An overview of adoption

motherThis year, thousands of parents throughout the world -- more than 60,000 in the United States alone -- will welcome an unrelated child into their families. They will call these children "their own" and love them with the depth and intensity characteristic of mothers and fathers everywhere.

Some of these children will come into their families within days of their births. Some will be older, having lived in foster families or with birth relatives. Some will come alone, and others will make the journey with their siblings. Many will come from China, Russia, South Korea and other parts of the world. Some will have lived in orphanages or on the streets. Some will arrive with names they've had for years. Some will have letters and photographs of their birth relatives. Some will not even know their true birth date.

Though adoption agencies no longer try to "match" a child's hair coloring or complexion with that of the adoptive parents, some children will seem so much like their adoptive parents that people will find it hard to believe they are not genetically related. Others will be of a different race or ethnic background than their new families.

Many of those children adopted this year will know the names of their birth parents, and an increasing number will grow up having some contact with them -- letters, phone calls, video visits or actual physical interaction. Some will form lifelong relationships with their birth relatives that mirror those of an extended family.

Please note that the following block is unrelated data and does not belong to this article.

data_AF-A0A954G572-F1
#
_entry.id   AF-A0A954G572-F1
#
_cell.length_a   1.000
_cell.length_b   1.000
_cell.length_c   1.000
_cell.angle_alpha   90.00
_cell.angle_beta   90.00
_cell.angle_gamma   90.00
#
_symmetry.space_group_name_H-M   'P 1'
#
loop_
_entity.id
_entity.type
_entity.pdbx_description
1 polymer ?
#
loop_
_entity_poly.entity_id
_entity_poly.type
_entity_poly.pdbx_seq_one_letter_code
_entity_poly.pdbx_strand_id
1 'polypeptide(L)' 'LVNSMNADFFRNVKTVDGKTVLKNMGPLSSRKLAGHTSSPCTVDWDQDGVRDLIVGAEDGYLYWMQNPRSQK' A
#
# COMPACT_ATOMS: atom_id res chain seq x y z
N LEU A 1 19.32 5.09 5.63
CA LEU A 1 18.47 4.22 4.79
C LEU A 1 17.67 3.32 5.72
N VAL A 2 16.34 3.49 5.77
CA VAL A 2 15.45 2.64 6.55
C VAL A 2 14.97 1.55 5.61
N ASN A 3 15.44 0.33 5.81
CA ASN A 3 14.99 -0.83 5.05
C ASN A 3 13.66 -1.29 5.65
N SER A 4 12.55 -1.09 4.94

Even those children who grow up not knowing much about their heritage can anticipate learning more later, as laws change to make original birth records increasingly more accessible.

Not so many years ago, it was thought that adoption was a simple solution to a triumvirate of problems: infertile couples wanted a child, birth parents needed someone to raise their child, and the child needed parents. All that was necessary was for adoptive parents to provide love.

Today it is widely accepted that adoption is not simply a legal process and social institution, but is another way of forming family relationships. And family relationships are anything but simple. Love is an essential component, but it is no more the only requirement for a healthy upbringing than water is the only requirement for life.

What we know today about the experience of adoption comes to us from birth parents, adoptees and adoptive parents who have told their personal stories; from sociologists who have looked at the relationships in adoption to determine their unique (not "second-best") characteristics; and from psychologists who have examined the minority of adoptive relationships that have been problematic. Not only have these sources given us a wealth of information about the complicated but deeply rewarding world of adoption but the insight gained from them has dramatically changed the way adoption is practiced today.

To see how adoption has changed over the past century, click to A Recent History of Adoption. For a personal account of what growing up adopted was like in the 1940s, check out True Parenting.

Lois Melina is the author of Raising Adopted Children, Making Sense of Adoption and The Open Adoption Experience.

Other articles by Lois Melina

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